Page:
Just like in any other sports, college eSport athletes suffer from specific injuries, the most common being eye fatigue, neck and back pain, wrist pain and hand pain.
Esport, or professional video gaming, is rapidly expanding all over the world. In the US more than 50 universities have their own varsity gaming teams with almost half of them offering eSport scholarships the same way they do for traditional sports. Esport is currently being investigated by the National Collegiate Athletic Association to be recognized as a sport discipline and was recognized as such by the International Olympic Committee in October 2017. More people watch eSport than watch the World Series or the NBA finals. Projections estimate that 427 million people will be watching eSport in 2019 with prizes won by players and sponsorship exceeding $ 1.5 billion.
A recent study by the British Journal of Medicine found that eSport athletes, despite being the subject of much controversy because of their quasi physical inactivity, are also getting injured. College eSport athletes demonstrate manual dexterity, thinking skills and reactions times that average players are unable to match. In order to get to that level, they practice 3 to 4 hours a day at school and often continue at home.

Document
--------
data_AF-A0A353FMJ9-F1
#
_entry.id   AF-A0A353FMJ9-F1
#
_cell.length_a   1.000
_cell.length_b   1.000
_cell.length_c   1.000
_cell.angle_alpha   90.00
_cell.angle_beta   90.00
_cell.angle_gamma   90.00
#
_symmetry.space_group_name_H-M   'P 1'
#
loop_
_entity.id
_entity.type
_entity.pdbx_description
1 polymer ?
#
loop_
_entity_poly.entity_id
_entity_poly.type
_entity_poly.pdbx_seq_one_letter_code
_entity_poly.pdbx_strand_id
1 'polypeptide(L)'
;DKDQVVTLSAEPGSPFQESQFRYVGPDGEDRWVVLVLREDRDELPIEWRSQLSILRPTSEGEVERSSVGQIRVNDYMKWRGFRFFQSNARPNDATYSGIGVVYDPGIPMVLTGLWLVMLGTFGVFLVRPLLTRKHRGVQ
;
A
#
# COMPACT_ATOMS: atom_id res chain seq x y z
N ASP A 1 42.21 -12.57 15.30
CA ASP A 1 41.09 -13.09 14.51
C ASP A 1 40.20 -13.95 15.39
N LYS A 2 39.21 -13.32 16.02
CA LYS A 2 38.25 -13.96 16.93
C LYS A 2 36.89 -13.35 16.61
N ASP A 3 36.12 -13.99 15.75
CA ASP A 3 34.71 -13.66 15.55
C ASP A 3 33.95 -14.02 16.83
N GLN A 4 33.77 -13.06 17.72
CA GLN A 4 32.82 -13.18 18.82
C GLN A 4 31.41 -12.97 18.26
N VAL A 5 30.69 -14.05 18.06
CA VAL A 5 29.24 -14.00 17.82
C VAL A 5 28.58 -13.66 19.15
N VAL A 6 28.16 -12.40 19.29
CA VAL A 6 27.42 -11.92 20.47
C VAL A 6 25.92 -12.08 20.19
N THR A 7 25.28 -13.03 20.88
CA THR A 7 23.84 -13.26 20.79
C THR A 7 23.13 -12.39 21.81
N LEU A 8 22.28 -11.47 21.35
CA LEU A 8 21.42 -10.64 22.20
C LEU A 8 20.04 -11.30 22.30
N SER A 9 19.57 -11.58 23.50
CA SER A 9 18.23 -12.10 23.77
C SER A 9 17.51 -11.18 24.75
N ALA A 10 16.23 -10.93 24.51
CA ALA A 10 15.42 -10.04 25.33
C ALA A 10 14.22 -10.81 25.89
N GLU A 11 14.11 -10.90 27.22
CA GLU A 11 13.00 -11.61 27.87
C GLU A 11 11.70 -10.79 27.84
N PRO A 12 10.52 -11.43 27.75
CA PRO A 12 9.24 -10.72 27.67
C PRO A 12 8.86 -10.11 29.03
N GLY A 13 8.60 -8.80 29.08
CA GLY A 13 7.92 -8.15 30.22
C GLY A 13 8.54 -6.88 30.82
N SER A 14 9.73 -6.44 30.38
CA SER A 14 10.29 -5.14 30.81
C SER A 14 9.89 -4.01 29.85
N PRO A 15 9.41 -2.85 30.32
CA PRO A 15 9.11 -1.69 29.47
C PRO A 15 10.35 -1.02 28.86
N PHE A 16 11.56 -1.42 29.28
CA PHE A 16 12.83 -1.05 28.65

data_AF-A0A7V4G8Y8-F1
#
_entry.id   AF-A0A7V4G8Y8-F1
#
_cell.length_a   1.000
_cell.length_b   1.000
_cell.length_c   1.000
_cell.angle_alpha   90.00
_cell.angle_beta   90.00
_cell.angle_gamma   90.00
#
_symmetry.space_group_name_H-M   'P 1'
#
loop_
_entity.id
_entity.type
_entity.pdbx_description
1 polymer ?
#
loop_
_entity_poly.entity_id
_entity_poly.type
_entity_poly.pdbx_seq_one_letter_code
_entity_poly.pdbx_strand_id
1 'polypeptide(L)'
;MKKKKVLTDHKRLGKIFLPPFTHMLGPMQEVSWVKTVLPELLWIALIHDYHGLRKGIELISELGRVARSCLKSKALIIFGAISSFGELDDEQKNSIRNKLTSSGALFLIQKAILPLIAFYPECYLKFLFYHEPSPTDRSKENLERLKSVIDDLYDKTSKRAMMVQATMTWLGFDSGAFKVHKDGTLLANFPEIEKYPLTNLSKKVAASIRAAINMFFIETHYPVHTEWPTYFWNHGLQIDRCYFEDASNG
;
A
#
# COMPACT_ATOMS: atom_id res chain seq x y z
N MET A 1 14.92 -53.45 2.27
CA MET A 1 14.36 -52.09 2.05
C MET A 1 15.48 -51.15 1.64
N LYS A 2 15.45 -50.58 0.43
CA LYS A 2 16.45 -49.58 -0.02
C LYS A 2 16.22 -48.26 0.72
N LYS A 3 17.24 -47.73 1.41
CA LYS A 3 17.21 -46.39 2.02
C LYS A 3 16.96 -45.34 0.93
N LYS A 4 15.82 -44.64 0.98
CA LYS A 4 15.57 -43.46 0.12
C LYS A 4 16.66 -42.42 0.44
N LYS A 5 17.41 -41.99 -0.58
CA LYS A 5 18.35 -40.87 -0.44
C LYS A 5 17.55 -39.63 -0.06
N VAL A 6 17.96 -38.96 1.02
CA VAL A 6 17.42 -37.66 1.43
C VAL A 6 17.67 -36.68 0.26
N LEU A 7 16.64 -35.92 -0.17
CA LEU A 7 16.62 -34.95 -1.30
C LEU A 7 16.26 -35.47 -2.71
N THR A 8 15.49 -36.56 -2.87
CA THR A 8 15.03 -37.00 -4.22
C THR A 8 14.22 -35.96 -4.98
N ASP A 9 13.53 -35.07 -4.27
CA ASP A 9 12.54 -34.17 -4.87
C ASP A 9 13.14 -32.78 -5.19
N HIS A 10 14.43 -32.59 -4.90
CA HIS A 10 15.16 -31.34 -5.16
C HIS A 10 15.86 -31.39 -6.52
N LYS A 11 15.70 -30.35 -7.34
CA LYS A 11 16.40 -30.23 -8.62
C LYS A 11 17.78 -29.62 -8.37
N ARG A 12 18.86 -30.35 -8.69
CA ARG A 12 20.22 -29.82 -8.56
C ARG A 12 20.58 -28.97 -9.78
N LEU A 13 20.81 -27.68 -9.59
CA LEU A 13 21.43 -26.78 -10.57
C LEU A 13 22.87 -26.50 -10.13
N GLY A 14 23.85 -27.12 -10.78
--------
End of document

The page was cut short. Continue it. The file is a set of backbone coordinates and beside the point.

While novice players make 50 action moves per minute, top athletes make 10 action moves per second or 500 to 600 moves per minutes. As a result hand and wrist injuries are extremely common. Sometimes overuse injuries can be career ending.
Exercise Deficit Disorder
Many eSport players are suffering from a condition called Exercise-Deficit Disorder. This condition can not only lead to physical damages but can also have psychological repercussions such as addictive behavior, sleep deprivation, social anxiety and personal hygiene issues.
Because their eyes are fixed on computers for hours eSport athletes suffer from excessive exposure to LED lights. LED emit blue-light spectrum that can cause retinal and photoreceptor damage. Over exposure to blue light spectrum also alters melatonin levels, altering the natural circadian rhythm.
Bad posture can result in neck and back pain and sitting for hours has very dangerous consequences such as DVT especially if players do not participate in other type of physical activity which is the case for 40% of them.
Therefore eSport athletes just as any other athletes should receive a comprehensive medical team approach to prevent and treat their injuries. This will be the case after eSport is recognized by the NCAA.
Read the complete study here
Picture: courtesy of Wikipedia